Sometimes the public record would include a mailing address for the LLC, which is only mildly beneficial. Now, privately aggregated data sources through a site like Reonomy will provide not only the names of the LLC’s managing members, but also email addresses and multiple phone numbers – both of which are essential for cold calling efforts.

 

Once you know who owns a property, you can then search to see if they have any other holdings. Before picking up the phone, it is helpful to know whether someone owns a single property or several, where these properties are located, when they were purchased, how much debt is on the property and more. Having this information in hand will help to steer your conversation accordingly.

 

For example, let’s say you’re looking to sell a property you’ve previously purchased, improved and are now ready to exit. One approach would be to call anyone who has recently sold a nearby multifamily property in the past three months. That person may be desperate to roll the proceeds of their sale into what’s known as a 1031-exchange, a tool commonly used to defer paying capital gains tax but which requires the seller find a “like kind” investment property within 180 days.

Create a Cold Calling Script in Advance


There’s nothing worse than calling a prospect and fumbling over your words. The best cold calls rely on a carefully crafted script that ensures the conversation gets off to a good start.

 

Of course, this comes with a caveat: you don’t want to sound like a robot when you’re calling someone.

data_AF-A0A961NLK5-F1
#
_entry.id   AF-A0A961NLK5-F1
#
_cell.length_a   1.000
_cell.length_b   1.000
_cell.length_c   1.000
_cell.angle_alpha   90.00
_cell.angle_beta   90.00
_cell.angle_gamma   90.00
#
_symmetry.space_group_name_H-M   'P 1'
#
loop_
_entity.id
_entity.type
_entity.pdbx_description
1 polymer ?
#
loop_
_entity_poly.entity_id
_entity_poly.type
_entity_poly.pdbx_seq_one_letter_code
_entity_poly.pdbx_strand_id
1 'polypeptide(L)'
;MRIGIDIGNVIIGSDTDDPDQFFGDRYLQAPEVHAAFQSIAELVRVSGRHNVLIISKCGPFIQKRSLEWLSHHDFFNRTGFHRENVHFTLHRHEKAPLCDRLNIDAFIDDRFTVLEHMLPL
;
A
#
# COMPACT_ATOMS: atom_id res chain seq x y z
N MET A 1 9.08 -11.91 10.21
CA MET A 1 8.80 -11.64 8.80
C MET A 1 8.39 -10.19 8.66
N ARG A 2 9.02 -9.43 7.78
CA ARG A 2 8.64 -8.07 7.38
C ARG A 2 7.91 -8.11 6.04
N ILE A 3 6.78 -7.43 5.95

You want to appeal to the person on the other end of the line. You must find a way of grabbing their attention without being too forceful. How do you do this? Go back to your target demographic. What appeals to them? Why would they want to talk to someone like you? Try to understand their potential pain points before calling, and then speak to them in a common language.

 

When drafting your script, think of the initial cold call as an introductory conversation. There shouldn’t be a hard sell at this point. You need to build trust with this person first. Otherwise, they won’t give you the time of day.

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Follow-Up Accordingly

 

Any cold call is for naught if you don’t follow through as promised. Let’s say you’ve approached someone about selling their property and have offered to send them some additional detail about your company and expertise. Plan on getting those materials out the door by the end of day—the following day at the latest. If you don’t follow-up with the person like you said you would, you’ll ruin any ounce of trust you just put so much effort into gaining. Be a person who does what they say they’re going to do.

Conclusion


Cold calling isn’t easy. In fact, it stressed out most commercial real estate professionals, even those who have been in the industry for decades. But it’s a skill that can be learned over time, and a skill that, once mastered, can lead to incredible results.